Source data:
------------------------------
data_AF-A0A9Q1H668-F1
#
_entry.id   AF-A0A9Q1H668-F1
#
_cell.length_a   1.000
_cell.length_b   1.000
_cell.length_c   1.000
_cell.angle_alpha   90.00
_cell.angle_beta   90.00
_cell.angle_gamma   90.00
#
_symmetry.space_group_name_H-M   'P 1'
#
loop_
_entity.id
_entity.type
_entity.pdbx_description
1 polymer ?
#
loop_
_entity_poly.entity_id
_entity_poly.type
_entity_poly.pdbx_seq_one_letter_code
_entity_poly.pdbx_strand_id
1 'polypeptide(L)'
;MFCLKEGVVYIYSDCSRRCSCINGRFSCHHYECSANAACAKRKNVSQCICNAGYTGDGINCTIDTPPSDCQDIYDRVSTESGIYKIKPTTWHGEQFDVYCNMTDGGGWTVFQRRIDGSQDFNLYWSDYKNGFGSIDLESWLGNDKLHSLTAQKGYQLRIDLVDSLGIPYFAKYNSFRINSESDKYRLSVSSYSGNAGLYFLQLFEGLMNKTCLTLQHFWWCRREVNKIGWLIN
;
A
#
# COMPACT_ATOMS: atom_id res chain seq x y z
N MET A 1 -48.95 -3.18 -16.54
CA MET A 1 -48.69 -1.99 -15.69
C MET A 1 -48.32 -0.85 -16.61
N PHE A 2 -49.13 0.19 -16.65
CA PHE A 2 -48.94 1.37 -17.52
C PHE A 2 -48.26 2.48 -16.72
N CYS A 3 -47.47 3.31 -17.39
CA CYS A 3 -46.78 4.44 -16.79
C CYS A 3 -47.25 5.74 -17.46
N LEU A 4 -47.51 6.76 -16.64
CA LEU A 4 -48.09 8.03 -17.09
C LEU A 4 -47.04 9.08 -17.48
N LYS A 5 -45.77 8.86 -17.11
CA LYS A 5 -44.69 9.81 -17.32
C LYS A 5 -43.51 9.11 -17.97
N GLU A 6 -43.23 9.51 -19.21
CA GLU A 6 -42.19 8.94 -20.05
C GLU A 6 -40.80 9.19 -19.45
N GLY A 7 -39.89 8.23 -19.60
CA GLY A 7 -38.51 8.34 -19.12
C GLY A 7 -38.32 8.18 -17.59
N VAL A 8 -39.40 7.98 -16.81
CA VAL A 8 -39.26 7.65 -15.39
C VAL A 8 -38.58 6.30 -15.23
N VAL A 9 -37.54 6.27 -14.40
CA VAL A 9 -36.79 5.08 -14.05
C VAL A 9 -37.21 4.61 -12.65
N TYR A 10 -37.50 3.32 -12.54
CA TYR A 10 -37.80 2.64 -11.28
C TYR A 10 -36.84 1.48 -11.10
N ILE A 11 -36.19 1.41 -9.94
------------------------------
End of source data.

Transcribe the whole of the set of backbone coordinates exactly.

data_AF-A0A9Q1H668-F1
#
_entry.id   AF-A0A9Q1H668-F1
#
_cell.length_a   1.000
_cell.length_b   1.000
_cell.length_c   1.000
_cell.angle_alpha   90.00
_cell.angle_beta   90.00
_cell.angle_gamma   90.00
#
_symmetry.space_group_name_H-M   'P 1'
#
loop_
_entity.id
_entity.type
_entity.pdbx_description
1 polymer ?
#
loop_
_entity_poly.entity_id
_entity_poly.type
_entity_poly.pdbx_seq_one_letter_code
_entity_poly.pdbx_strand_id
1 'polypeptide(L)'
;MFCLKEGVVYIYSDCSRRCSCINGRFSCHHYECSANAACAKRKNVSQCICNAGYTGDGINCTIDTPPSDCQDIYDRVSTESGIYKIKPTTWHGEQFDVYCNMTDGGGWTVFQRRIDGSQDFNLYWSDYKNGFGSIDLESWLGNDKLHSLTAQKGYQLRIDLVDSLGIPYFAKYNSFRINSESDKYRLSVSSYSGNAGLYFLQLFEGLMNKTCLTLQHFWWCRREVNKIGWLIN
;
A
#
# COMPACT_ATOMS: atom_id res chain seq x y z
N MET A 1 -48.95 -3.18 -16.54
CA MET A 1 -48.69 -1.99 -15.69
C MET A 1 -48.32 -0.85 -16.61
N PHE A 2 -49.13 0.19 -16.65
CA PHE A 2 -48.94 1.37 -17.52
C PHE A 2 -48.26 2.48 -16.72
N CYS A 3 -47.47 3.31 -17.39
CA CYS A 3 -46.78 4.44 -16.79
C CYS A 3 -47.25 5.74 -17.46
N LEU A 4 -47.51 6.76 -16.64
CA LEU A 4 -48.09 8.03 -17.09
C LEU A 4 -47.04 9.08 -17.48
N LYS A 5 -45.77 8.86 -17.11
CA LYS A 5 -44.69 9.81 -17.32
C LYS A 5 -43.51 9.11 -17.97
N GLU A 6 -43.23 9.51 -19.21
CA GLU A 6 -42.19 8.94 -20.05
C GLU A 6 -40.80 9.19 -19.45
N GLY A 7 -39.89 8.23 -19.60
CA GLY A 7 -38.51 8.34 -19.12
C GLY A 7 -38.32 8.18 -17.59
N VAL A 8 -39.40 7.98 -16.81
CA VAL A 8 -39.26 7.65 -15.39
C VAL A 8 -38.58 6.30 -15.23
N VAL A 9 -37.54 6.27 -14.40
CA VAL A 9 -36.79 5.08 -14.05
C VAL A 9 -37.21 4.61 -12.65
N TYR A 10 -37.50 3.32 -12.54
CA TYR A 10 -37.80 2.64 -11.28
C TYR A 10 -36.84 1.48 -11.10
N ILE A 11 -36.19 1.41 -9.94